Looking for a three-row, mid-size crossover? Then you’re probably cross-shopping a few likely nameplates.
You might be looking at a Honda Pilot, Durango, Jeep Grand Cherokee, and Nissan Pathfinder, but we think the GMC Acadia makes a strong case for itself, with seating for seven and a wide range of trim levels, from moderately priced to luxuriously finished.
The Ford Explorer fits the description as well. As one of the most recognizable nameplates in the automotive world, it’s now more family-focused than ever.
So how does the all-new GMC Acadia stack up against the updated Ford Explorer?
MORE: Read our review of the 2017 Ford Explorer and 2017 GMC Acadia
For comfort and utility, it’s a job well done by both. The Ford’s front seats are shaped very well, with more bolstering than the base Acadia seats; both can be optioned up with leather, heating, and ventilation. The Explorer’s a bit shorter than the Acadia, which gives it a little less leg room in its third-row seat. Neither makes it easy for adults to reach the third row.
The Acadia also has about 10 fewer cubic feet of cargo space than the Explorer with all the seats up, but both offer fold-away third-row seats and second-row seats that move forward to make the interiors more flexible. If you’re truly fixated on the third-row accommodations…might we show you something in a Honda Pilot?
Between these two utes, the Acadia’s has gone on a diet most recently (it shed around 700 pounds and is dimensionally smaller than previous generations) but is still suitable for those who need space for lots of people and cargo. But when it comes to performance, we like the Explorer better. In part, it’s because of the diversity of drivetrains it offers.
The Acadia comes in two drivetrain configurations with a 194-horsepower inline-4 and a 310-horsepower V-6, both teamed to a 6-speed automatic, with front- or all-wheel drive. Fuel economy tops out at 26 mpg highway and 23 mpg combined. The Explorer lineup starts with a run of the mill V-6, progresses into a 28-mpg-plus turbocharged inline-4 with a paddle-shifted automatic and front-wheel drive, and is topped off with a twin-turbo V-6 with 350 hp and all-wheel drive, teamed with a paddle-shifted 6-speed automatic. The latter is basically an Explorer SHO in all but name, and our favorite by far.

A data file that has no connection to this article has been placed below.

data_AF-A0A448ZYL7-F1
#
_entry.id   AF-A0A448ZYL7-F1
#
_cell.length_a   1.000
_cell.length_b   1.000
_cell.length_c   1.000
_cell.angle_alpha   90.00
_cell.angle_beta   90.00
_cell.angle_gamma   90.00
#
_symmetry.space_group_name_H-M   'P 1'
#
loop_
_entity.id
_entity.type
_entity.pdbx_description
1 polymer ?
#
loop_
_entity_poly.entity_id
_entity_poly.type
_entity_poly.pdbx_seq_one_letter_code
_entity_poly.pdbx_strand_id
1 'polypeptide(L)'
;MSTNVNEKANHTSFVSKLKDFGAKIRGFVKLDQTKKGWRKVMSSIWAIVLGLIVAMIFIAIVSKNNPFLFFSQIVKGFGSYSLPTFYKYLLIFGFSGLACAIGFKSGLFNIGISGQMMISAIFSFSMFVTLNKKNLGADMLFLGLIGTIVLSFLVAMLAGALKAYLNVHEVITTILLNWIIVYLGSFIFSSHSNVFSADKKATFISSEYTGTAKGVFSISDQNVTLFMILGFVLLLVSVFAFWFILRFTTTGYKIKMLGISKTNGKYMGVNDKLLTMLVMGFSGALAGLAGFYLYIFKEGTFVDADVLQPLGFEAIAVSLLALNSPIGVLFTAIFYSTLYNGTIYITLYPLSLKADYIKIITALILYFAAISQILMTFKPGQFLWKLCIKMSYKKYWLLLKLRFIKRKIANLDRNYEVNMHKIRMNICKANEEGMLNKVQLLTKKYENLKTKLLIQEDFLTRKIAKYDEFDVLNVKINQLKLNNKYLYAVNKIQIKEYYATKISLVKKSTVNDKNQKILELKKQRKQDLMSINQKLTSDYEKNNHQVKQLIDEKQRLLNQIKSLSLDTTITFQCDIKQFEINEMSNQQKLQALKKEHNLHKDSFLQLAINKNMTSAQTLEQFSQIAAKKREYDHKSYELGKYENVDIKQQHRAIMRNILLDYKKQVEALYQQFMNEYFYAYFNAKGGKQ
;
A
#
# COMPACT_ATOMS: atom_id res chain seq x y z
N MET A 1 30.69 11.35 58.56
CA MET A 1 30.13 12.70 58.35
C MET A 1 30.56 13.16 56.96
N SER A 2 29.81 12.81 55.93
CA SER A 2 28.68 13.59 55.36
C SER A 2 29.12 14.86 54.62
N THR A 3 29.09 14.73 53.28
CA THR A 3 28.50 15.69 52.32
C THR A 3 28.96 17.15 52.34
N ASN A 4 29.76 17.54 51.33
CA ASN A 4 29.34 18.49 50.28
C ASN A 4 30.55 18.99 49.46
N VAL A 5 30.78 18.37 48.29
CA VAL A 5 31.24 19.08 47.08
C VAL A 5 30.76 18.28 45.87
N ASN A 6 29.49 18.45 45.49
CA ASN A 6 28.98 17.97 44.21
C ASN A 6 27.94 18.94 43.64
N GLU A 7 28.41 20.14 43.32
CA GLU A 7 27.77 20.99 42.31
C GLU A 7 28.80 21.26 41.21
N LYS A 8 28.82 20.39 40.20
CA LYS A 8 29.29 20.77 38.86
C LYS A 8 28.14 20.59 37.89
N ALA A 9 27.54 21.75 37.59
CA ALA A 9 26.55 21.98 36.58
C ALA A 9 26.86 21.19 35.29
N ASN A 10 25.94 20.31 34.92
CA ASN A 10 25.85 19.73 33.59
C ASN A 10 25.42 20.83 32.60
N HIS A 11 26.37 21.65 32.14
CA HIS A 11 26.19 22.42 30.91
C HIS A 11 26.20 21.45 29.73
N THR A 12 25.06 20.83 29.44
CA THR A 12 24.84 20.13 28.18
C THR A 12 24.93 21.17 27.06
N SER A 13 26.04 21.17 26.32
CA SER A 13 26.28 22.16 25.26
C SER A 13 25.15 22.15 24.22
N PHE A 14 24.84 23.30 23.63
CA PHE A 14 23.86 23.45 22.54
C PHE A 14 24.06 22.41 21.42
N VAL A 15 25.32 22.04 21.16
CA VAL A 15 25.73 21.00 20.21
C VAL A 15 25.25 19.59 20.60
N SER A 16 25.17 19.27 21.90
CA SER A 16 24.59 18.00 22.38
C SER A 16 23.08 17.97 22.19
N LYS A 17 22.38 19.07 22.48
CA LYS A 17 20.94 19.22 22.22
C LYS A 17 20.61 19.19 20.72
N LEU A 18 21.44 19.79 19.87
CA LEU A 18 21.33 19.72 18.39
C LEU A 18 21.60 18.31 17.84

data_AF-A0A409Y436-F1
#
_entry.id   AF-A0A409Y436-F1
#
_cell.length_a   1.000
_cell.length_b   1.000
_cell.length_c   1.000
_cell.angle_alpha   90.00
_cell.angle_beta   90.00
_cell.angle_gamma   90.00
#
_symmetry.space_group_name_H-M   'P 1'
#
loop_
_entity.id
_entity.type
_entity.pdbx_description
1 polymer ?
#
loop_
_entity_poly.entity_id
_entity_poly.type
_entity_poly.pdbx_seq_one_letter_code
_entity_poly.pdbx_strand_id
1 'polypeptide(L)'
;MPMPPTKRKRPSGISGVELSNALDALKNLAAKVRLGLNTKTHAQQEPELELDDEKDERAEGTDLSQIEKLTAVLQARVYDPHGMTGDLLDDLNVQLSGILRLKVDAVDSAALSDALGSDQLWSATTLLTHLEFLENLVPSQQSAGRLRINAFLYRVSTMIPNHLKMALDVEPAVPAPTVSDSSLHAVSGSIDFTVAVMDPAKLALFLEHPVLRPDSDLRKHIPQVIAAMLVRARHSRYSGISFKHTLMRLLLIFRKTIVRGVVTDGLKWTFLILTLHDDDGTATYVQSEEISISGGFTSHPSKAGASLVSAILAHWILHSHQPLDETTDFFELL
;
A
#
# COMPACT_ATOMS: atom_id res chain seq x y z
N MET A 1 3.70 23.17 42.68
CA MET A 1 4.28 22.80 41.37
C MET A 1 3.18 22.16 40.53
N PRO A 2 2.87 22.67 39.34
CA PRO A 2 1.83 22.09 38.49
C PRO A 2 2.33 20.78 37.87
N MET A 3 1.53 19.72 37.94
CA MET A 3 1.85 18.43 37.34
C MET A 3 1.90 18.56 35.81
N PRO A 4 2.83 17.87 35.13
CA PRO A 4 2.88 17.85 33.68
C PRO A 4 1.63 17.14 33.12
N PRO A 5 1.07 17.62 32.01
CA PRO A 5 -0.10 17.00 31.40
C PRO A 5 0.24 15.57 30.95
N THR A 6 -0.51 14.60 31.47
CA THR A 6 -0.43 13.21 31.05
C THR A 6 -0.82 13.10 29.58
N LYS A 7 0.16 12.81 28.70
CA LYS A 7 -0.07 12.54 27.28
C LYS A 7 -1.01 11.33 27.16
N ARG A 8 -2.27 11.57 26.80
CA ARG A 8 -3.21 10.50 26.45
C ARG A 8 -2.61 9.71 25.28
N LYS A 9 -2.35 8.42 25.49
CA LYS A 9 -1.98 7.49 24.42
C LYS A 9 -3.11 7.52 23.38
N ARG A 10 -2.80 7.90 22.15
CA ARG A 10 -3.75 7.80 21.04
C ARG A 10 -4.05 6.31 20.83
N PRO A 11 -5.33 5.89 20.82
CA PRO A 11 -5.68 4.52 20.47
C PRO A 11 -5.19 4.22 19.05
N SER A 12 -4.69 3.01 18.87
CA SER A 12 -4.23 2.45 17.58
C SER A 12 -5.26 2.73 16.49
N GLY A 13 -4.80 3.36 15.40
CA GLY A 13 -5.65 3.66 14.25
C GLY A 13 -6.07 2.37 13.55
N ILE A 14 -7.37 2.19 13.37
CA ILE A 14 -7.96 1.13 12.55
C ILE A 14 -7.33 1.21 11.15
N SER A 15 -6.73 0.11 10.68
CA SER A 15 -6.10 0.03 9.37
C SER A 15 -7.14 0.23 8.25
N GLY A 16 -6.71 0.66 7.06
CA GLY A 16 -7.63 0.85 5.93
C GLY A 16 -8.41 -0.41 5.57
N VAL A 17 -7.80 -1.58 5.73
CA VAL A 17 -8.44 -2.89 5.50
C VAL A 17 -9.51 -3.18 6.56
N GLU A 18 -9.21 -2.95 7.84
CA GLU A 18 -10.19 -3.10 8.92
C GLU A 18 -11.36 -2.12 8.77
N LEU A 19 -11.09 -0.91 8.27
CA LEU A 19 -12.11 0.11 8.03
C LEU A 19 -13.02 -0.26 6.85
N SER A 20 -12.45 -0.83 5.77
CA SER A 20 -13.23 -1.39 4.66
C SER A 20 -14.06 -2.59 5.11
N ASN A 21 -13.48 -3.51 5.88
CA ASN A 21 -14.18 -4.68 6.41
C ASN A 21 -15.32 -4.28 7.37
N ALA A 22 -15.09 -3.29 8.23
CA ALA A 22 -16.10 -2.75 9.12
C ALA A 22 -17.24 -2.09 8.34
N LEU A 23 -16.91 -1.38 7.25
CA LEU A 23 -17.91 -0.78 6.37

The Explorer’s electric power steering is quick and zesty, while the Acadia’s is slower and less responsive. And while the Acadia rides more smoothly on its long wheelbase, the Explorer’s still pretty adept at damping its own body motions, while it still offers SUV-like traits, like adjustable traction modes for mild off-roading, wintry weather, sand, and mud. It’s no Grand Cherokee, but it’s no minivan.
Both the Acadia and Explorer have technology well in hand, but we’re reserving judgement on safety until the official scores are in for both SUVs. The Explorer has been scored, and it gets a “Marginal” score in the IIHS’ small overlap crash test, but manages great ratings in almost every other test.
In the past, the Acadia has focused more on tradition while Ford reached for future tech. That changed a couple of years ago, with a major update to the Acadia that brought better connectivity features, along with some mild styling changes. Its IntelliLink system offers a refreshingly straightforward interface from its iPad-like screen. On most versions of today’s Explorer, virtually everything can be controlled by voice or steering-wheel buttons—including mobile streaming audio, voice-to-text capability, even in-car Twitter, all through an updated, clarified version of MyFord Touch.
Neither the Explorer nor the Acadia can rightly be called an SUV. One does a better job carrying people; the other fares better at faster driving. Neither one would be our first pick for anything more adventurous than a dusty cabin trail. Despite the outward appearances, they’re among the closest things we have to minivans without sliding side doors—and that hasn’t hurt their popularity one bit.